Will he keep his word and finally hand over these documents?

Parliamentary Secretary to the Prime MinisterOral Questions

2:50 p.m.

Port Moody—Westwood—Port Coquitlam B.C.

Conservative

James Moore ConservativeMinister of Canadian Heritage and Official Languages

Mr. Speaker, what an astonishing double standard by the NDP.

The President of the Treasury Board and the former minister of infrastructure appeared before a parliamentary committee and testified with regard to this matter.

All the member for Peterborough is doing is saying that the CBC should be accountable before committee.

All we are saying is that the CBC should be elevated to the same level of accountability and responsibility as the President of the Treasury Board has already demonstrated.

The NDP demanded accountability from the President of the Treasury Board and he answered the call. All we are doing is asking for accountability from the CBC. It is pretty straightforward.

Aboriginal AffairsOral Questions

2:50 p.m.

Liberal

Carolyn Bennett Liberal St. Paul's, ON

Mr. Speaker, in September, I wrote to the Minister of Aboriginal Affairs and Northern Development to outline the Liberal position on any Conservative legislation on first nations water. There can be no bill without meaningful consultation and no bill without adequate and sufficient resources.

Will the minister commit today to these basic principles advocated by first nations and parliamentary committees, as well as the government's own expert panel on safe drinking water?

When will 100% of first nations have access to safe drinking water and the capacity to maintain them?

Aboriginal AffairsOral Questions

2:50 p.m.

Vancouver Island North B.C.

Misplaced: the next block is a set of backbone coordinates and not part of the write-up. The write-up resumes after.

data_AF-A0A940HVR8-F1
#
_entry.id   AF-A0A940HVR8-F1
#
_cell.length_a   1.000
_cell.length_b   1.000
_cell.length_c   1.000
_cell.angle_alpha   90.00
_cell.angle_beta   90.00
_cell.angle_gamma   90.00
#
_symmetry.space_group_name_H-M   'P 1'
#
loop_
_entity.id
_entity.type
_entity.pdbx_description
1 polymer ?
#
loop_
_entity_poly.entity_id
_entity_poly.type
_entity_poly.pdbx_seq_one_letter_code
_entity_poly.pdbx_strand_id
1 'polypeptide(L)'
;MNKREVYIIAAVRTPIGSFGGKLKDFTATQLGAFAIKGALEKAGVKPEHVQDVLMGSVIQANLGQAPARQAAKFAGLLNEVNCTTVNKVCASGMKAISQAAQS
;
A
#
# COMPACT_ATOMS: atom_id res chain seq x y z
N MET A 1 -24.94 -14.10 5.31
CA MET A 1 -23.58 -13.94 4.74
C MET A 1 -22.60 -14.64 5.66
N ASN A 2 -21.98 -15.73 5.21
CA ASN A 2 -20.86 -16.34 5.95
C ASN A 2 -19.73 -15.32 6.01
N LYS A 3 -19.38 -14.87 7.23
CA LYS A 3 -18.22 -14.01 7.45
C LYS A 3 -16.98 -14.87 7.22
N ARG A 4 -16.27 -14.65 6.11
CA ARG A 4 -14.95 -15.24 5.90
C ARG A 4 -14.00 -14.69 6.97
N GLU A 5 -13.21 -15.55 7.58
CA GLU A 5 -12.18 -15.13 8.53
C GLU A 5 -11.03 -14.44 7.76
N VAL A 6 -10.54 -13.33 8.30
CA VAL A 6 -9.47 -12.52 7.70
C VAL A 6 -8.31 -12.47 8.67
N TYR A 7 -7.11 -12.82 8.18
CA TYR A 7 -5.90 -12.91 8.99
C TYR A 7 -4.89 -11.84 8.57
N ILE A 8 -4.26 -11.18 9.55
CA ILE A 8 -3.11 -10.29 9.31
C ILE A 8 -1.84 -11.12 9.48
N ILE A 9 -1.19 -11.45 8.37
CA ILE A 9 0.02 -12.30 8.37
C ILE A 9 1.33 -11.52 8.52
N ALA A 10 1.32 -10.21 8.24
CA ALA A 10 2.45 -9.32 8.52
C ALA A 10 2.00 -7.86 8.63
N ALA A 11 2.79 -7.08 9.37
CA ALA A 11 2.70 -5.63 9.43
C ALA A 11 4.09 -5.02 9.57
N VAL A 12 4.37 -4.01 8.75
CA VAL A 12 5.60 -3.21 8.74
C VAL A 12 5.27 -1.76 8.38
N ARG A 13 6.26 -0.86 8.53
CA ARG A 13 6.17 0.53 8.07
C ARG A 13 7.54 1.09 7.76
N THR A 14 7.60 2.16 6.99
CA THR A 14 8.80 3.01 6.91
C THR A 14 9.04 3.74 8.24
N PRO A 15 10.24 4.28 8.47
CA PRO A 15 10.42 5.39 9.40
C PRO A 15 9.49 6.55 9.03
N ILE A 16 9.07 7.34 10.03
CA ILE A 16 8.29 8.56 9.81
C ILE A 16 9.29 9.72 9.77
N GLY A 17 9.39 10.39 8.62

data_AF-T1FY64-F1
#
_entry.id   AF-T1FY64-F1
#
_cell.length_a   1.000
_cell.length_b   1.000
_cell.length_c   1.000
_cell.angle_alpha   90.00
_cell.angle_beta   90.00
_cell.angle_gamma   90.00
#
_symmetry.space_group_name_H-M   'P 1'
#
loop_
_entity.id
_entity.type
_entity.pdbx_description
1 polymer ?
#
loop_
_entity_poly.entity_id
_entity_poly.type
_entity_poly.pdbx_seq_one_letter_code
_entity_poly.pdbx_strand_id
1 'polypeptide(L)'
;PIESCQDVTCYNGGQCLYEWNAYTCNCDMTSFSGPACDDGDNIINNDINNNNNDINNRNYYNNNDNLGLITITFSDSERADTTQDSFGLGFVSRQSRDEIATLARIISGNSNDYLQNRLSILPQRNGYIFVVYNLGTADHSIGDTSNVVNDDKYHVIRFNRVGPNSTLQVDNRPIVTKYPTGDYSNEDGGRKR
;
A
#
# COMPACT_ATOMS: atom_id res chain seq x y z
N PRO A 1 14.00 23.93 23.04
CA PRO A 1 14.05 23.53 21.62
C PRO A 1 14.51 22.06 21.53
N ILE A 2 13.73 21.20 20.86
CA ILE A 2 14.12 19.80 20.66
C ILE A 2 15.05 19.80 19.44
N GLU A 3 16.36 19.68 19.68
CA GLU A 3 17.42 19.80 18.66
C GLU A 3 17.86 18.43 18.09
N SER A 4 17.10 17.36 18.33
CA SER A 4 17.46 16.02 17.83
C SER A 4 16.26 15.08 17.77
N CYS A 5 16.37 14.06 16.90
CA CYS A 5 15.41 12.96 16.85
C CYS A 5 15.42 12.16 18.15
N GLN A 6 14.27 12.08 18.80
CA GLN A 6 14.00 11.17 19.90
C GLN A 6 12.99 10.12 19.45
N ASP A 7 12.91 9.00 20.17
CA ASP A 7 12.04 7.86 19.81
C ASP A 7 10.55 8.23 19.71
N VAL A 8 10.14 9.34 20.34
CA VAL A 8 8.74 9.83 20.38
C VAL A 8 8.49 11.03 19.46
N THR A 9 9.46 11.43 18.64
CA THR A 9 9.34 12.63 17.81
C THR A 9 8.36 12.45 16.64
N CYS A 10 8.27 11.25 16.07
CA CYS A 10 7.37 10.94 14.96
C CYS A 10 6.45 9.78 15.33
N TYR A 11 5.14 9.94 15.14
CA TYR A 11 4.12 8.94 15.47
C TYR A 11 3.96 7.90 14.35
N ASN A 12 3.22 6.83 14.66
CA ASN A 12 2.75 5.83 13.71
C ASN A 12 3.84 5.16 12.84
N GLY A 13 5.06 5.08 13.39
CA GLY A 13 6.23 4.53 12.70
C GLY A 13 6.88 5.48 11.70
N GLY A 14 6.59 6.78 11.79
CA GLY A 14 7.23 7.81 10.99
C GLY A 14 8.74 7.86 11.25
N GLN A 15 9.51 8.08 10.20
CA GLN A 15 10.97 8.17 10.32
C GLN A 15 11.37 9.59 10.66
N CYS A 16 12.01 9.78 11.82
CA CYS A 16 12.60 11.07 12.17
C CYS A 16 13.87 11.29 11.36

Conservative

John Duncan ConservativeMinister of Aboriginal Affairs and Northern Development

Mr. Speaker, in regard to the Liberal motion today and the whole question of first nations water and waste water, we do intend to introduce legislation this year on water and waste water.

This is a recommendation that has come forward from Senate committees, the Commissioner of the Environment and Sustainable Development and every other expert who has looked at this whole question of providing appropriate water and waste water on reserve. That is what--

Aboriginal AffairsOral Questions

2:55 p.m.

Conservative

The Speaker Conservative Andrew Scheer

The hon. member for Winnipeg North.

Aboriginal AffairsOral Questions

2:55 p.m.

Liberal

Kevin Lamoureux Liberal Winnipeg North, MB

Mr. Speaker, the United Nations declared that access to clean water was a basic human right. For the community of Red Sucker Lake to access water, it is quite the challenge. Unlike most Canadians, people do not go to the kitchen and turn on the water. It involves pails and leaving the house. These types of conditions are unacceptable. We need strong federal leadership on this issue.